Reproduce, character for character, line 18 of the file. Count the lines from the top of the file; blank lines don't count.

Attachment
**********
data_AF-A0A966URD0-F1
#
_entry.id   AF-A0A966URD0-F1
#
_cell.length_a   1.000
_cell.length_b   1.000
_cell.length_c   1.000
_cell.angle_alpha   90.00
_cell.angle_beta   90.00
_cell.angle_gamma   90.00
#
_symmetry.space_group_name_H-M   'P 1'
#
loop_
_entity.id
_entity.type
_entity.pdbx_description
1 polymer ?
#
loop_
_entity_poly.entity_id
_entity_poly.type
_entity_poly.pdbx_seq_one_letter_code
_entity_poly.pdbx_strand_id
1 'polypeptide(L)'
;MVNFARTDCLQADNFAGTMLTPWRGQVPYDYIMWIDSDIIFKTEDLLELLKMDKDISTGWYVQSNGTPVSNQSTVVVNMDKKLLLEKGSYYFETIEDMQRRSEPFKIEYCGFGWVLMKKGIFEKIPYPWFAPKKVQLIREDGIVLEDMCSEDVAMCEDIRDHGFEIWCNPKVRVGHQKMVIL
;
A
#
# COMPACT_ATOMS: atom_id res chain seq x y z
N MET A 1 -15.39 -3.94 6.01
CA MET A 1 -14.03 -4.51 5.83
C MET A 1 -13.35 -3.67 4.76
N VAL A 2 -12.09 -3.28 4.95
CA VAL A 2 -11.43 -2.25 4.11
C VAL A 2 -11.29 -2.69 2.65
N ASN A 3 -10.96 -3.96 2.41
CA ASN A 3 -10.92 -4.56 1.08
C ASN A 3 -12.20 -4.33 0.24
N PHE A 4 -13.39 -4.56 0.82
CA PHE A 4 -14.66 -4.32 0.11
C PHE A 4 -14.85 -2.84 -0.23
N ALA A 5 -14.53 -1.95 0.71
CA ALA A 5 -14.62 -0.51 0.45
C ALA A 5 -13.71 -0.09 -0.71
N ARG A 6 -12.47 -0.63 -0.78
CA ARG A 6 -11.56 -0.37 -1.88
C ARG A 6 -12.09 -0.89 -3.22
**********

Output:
1 polymer ?